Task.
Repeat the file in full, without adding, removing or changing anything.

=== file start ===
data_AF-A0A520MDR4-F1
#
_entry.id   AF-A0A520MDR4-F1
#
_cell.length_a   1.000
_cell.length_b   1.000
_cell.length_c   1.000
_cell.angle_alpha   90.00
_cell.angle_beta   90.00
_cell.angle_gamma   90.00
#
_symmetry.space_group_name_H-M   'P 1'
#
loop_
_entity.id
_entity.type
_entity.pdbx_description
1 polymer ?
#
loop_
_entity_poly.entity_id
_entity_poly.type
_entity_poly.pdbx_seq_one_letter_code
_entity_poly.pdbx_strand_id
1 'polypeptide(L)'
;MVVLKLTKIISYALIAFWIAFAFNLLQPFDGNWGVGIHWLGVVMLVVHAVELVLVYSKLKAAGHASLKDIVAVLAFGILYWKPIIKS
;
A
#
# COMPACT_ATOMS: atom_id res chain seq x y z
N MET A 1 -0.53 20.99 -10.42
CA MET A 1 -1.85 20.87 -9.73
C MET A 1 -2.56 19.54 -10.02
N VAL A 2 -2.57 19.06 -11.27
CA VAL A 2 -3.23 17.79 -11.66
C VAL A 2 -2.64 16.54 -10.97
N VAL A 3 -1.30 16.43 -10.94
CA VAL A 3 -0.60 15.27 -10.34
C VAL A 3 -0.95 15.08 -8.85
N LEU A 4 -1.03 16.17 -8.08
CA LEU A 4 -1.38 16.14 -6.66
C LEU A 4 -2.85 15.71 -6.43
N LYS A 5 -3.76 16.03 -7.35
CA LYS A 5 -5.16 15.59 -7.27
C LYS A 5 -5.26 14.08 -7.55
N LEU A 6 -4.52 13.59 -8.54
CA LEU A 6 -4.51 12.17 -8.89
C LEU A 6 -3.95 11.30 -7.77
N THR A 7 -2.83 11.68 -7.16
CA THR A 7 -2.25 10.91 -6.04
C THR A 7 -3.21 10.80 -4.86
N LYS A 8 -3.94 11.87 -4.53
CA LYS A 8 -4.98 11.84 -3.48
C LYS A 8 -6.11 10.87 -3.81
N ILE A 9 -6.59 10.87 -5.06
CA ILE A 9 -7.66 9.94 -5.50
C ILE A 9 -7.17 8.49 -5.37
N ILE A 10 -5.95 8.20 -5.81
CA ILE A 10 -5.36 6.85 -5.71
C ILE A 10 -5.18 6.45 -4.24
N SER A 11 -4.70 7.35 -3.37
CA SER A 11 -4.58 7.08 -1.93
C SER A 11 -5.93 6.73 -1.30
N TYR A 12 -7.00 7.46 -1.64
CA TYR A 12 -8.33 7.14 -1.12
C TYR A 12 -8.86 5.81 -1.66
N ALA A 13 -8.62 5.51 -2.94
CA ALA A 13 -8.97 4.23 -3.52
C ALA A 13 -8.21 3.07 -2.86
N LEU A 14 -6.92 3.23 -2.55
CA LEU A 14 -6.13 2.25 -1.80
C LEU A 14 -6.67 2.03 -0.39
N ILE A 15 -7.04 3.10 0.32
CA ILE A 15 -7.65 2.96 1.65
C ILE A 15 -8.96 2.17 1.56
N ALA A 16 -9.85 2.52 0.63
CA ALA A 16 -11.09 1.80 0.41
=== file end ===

data_AF-A0A520MDR4-F1
#
_entry.id   AF-A0A520MDR4-F1
#
_cell.length_a   1.000
_cell.length_b   1.000
_cell.length_c   1.000
_cell.angle_alpha   90.00
_cell.angle_beta   90.00
_cell.angle_gamma   90.00
#
_symmetry.space_group_name_H-M   'P 1'
#
loop_
_entity.id
_entity.type
_entity.pdbx_description
1 polymer ?
#
loop_
_entity_poly.entity_id
_entity_poly.type
_entity_poly.pdbx_seq_one_letter_code
_entity_poly.pdbx_strand_id
1 'polypeptide(L)'
;MVVLKLTKIISYALIAFWIAFAFNLLQPFDGNWGVGIHWLGVVMLVVHAVELVLVYSKLKAAGHASLKDIVAVLAFGILYWKPIIKS
;
A
#
# COMPACT_ATOMS: atom_id res chain seq x y z
N MET A 1 -0.53 20.99 -10.42
CA MET A 1 -1.85 20.87 -9.73
C MET A 1 -2.56 19.54 -10.02
N VAL A 2 -2.57 19.06 -11.27
CA VAL A 2 -3.23 17.79 -11.66
C VAL A 2 -2.64 16.54 -10.97
N VAL A 3 -1.30 16.43 -10.94
CA VAL A 3 -0.60 15.27 -10.34
C VAL A 3 -0.95 15.08 -8.85
N LEU A 4 -1.03 16.17 -8.08
CA LEU A 4 -1.38 16.14 -6.66
C LEU A 4 -2.85 15.71 -6.43
N LYS A 5 -3.76 16.03 -7.35
CA LYS A 5 -5.16 15.59 -7.27
C LYS A 5 -5.26 14.08 -7.55
N LEU A 6 -4.52 13.59 -8.54
CA LEU A 6 -4.51 12.17 -8.89
C LEU A 6 -3.95 11.30 -7.77
N THR A 7 -2.83 11.68 -7.16
CA THR A 7 -2.25 10.91 -6.04
C THR A 7 -3.21 10.80 -4.86
N LYS A 8 -3.94 11.87 -4.53
CA LYS A 8 -4.98 11.84 -3.48
C LYS A 8 -6.11 10.87 -3.81
N ILE A 9 -6.59 10.87 -5.06
CA ILE A 9 -7.66 9.94 -5.50
C ILE A 9 -7.17 8.49 -5.37
N ILE A 10 -5.95 8.20 -5.81
CA ILE A 10 -5.36 6.85 -5.71
C ILE A 10 -5.18 6.45 -4.24
N SER A 11 -4.70 7.35 -3.37
CA SER A 11 -4.58 7.08 -1.93
C SER A 11 -5.93 6.73 -1.30
N TYR A 12 -7.00 7.46 -1.64
CA TYR A 12 -8.33 7.14 -1.12
C TYR A 12 -8.86 5.81 -1.66
N ALA A 13 -8.62 5.51 -2.94
CA ALA A 13 -8.97 4.23 -3.52
C ALA A 13 -8.21 3.07 -2.86
N LEU A 14 -6.92 3.23 -2.55
CA LEU A 14 -6.13 2.25 -1.80
C LEU A 14 -6.67 2.03 -0.39
N ILE A 15 -7.04 3.10 0.32
CA ILE A 15 -7.65 2.96 1.65
C ILE A 15 -8.96 2.17 1.56
N ALA A 16 -9.85 2.52 0.63
CA ALA A 16 -11.09 1.80 0.41